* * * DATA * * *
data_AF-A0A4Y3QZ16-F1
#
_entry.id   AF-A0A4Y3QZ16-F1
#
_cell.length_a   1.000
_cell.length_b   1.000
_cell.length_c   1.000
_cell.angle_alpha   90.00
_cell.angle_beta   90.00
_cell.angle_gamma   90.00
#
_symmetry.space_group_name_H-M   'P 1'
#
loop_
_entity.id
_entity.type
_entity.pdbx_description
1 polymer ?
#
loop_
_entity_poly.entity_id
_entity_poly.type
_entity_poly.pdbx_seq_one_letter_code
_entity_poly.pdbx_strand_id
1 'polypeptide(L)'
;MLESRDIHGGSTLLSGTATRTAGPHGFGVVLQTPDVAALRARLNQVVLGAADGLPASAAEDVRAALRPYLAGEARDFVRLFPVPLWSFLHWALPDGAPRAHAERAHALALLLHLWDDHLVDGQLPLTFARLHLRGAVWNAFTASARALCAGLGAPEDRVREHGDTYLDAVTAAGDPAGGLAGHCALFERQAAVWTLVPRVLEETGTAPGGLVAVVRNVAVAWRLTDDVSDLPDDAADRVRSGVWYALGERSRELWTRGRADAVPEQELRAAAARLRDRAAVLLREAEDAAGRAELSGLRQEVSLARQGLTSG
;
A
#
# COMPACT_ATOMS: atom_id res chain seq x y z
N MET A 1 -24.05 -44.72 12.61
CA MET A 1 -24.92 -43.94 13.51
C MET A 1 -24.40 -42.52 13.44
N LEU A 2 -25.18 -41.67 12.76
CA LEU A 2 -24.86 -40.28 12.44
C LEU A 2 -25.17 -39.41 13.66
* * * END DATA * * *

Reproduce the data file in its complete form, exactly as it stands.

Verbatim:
data_AF-A0A4Y3QZ16-F1
#
_entry.id   AF-A0A4Y3QZ16-F1
#
_cell.length_a   1.000
_cell.length_b   1.000
_cell.length_c   1.000
_cell.angle_alpha   90.00
_cell.angle_beta   90.00
_cell.angle_gamma   90.00
#
_symmetry.space_group_name_H-M   'P 1'
#
loop_
_entity.id
_entity.type
_entity.pdbx_description
1 polymer ?
#
loop_
_entity_poly.entity_id
_entity_poly.type
_entity_poly.pdbx_seq_one_letter_code
_entity_poly.pdbx_strand_id
1 'polypeptide(L)'
;MLESRDIHGGSTLLSGTATRTAGPHGFGVVLQTPDVAALRARLNQVVLGAADGLPASAAEDVRAALRPYLAGEARDFVRLFPVPLWSFLHWALPDGAPRAHAERAHALALLLHLWDDHLVDGQLPLTFARLHLRGAVWNAFTASARALCAGLGAPEDRVREHGDTYLDAVTAAGDPAGGLAGHCALFERQAAVWTLVPRVLEETGTAPGGLVAVVRNVAVAWRLTDDVSDLPDDAADRVRSGVWYALGERSRELWTRGRADAVPEQELRAAAARLRDRAAVLLREAEDAAGRAELSGLRQEVSLARQGLTSG
;
A
#
# COMPACT_ATOMS: atom_id res chain seq x y z
N MET A 1 -24.05 -44.72 12.61
CA MET A 1 -24.92 -43.94 13.51
C MET A 1 -24.40 -42.52 13.44
N LEU A 2 -25.18 -41.67 12.76
CA LEU A 2 -24.86 -40.28 12.44
C LEU A 2 -25.17 -39.41 13.66